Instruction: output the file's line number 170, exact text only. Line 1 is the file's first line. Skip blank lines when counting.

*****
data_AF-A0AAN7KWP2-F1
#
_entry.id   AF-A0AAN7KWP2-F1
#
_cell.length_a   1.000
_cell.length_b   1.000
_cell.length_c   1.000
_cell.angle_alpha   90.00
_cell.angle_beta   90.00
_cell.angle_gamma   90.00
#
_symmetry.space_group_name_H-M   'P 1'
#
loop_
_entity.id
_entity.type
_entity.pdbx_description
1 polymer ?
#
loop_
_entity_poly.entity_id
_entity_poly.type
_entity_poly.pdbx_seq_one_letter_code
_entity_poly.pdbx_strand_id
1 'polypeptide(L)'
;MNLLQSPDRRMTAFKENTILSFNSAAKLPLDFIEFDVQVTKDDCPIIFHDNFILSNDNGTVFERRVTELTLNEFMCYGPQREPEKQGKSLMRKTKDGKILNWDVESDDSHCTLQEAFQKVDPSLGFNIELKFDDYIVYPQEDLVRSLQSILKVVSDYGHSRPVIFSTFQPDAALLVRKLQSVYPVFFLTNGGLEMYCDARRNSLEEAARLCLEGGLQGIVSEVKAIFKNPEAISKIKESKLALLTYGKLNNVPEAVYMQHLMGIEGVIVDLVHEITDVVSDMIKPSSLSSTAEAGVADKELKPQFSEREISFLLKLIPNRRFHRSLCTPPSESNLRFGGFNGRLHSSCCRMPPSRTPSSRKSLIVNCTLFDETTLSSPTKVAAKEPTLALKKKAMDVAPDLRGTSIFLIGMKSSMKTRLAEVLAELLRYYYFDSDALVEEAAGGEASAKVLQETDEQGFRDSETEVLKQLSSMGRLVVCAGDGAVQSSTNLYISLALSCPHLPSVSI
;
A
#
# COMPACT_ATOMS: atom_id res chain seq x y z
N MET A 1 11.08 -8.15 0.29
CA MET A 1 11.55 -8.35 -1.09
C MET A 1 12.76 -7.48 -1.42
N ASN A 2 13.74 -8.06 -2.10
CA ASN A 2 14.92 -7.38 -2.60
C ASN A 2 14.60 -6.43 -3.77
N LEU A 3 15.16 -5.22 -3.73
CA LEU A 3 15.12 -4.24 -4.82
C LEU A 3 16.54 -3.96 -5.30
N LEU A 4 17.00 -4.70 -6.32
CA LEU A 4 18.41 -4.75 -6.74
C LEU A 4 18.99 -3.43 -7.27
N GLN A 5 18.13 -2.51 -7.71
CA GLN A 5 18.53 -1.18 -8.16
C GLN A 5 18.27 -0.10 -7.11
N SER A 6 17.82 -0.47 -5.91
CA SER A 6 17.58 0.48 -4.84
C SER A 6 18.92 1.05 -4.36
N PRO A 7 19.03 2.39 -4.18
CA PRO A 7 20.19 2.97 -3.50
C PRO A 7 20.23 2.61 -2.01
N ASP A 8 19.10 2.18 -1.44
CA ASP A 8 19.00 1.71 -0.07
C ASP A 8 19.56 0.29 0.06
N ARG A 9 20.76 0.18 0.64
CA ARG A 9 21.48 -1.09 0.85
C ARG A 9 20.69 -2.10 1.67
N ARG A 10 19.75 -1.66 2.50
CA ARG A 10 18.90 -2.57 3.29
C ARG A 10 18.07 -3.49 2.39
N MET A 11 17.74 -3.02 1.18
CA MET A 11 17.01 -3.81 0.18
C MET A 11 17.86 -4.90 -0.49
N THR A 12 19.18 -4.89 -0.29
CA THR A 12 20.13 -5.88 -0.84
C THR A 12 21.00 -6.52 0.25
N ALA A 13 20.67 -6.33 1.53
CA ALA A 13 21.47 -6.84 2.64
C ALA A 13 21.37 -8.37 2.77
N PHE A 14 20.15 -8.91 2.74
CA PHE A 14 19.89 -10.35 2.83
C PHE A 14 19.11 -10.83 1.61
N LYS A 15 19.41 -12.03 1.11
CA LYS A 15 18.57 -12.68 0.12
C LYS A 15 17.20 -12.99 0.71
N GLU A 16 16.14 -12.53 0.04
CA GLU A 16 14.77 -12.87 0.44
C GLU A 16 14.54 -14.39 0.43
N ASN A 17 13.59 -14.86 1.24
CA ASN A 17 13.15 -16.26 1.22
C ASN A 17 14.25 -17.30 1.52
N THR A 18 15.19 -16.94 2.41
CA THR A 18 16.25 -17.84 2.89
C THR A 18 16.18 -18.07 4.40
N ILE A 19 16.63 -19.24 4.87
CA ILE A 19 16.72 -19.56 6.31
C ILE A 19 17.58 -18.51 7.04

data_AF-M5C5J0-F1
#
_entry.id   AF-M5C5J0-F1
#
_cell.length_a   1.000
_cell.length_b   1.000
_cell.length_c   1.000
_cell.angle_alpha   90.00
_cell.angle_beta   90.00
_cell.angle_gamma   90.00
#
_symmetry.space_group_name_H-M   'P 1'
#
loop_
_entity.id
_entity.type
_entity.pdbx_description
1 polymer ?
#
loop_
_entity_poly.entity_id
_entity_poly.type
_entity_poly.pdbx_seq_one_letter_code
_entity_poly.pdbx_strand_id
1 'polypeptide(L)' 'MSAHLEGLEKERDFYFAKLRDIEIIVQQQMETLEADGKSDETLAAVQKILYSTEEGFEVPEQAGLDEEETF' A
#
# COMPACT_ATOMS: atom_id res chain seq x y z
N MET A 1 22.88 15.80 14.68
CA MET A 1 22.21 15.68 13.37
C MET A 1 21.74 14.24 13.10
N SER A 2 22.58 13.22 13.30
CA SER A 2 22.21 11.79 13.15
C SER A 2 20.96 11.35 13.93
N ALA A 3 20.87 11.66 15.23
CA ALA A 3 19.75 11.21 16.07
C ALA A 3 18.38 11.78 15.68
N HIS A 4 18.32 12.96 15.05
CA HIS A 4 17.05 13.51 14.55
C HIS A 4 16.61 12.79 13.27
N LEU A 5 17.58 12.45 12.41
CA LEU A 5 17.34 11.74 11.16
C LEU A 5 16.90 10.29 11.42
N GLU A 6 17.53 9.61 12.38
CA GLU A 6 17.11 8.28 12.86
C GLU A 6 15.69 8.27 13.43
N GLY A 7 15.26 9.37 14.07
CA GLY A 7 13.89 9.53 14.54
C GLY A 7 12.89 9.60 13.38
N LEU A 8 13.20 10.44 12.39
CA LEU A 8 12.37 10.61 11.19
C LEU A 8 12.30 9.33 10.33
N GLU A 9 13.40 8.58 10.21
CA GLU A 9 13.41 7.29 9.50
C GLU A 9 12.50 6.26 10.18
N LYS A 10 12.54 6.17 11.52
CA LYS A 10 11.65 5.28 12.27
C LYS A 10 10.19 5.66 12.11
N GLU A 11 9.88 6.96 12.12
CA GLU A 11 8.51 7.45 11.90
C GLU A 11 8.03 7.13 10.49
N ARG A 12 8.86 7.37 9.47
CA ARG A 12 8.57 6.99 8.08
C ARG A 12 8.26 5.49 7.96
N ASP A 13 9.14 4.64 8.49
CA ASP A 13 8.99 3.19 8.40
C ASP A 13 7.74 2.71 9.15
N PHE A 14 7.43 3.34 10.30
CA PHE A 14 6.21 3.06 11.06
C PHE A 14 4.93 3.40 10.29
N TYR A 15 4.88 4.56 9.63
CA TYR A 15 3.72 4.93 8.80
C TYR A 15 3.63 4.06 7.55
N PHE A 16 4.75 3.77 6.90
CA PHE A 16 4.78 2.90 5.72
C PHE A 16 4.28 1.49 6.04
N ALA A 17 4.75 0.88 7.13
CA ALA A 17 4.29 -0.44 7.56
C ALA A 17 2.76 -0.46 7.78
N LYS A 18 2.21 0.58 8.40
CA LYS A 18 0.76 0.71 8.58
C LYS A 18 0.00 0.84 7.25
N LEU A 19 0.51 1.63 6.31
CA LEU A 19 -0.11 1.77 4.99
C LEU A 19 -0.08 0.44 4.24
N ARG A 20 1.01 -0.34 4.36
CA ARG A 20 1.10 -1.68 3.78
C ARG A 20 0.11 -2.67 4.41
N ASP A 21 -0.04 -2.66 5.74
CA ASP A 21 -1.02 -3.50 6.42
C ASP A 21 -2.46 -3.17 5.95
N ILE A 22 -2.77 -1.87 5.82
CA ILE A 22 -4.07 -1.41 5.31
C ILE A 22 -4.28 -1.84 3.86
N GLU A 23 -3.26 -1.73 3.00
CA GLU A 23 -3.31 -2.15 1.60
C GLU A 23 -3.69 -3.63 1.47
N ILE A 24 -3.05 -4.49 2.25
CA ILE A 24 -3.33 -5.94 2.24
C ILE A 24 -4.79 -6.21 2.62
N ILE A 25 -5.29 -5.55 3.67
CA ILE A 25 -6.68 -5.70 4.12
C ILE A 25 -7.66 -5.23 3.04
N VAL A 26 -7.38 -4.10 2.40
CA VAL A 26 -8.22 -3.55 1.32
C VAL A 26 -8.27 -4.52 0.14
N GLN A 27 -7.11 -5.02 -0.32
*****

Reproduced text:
CA LEU A 19 -0.11 1.77 4.99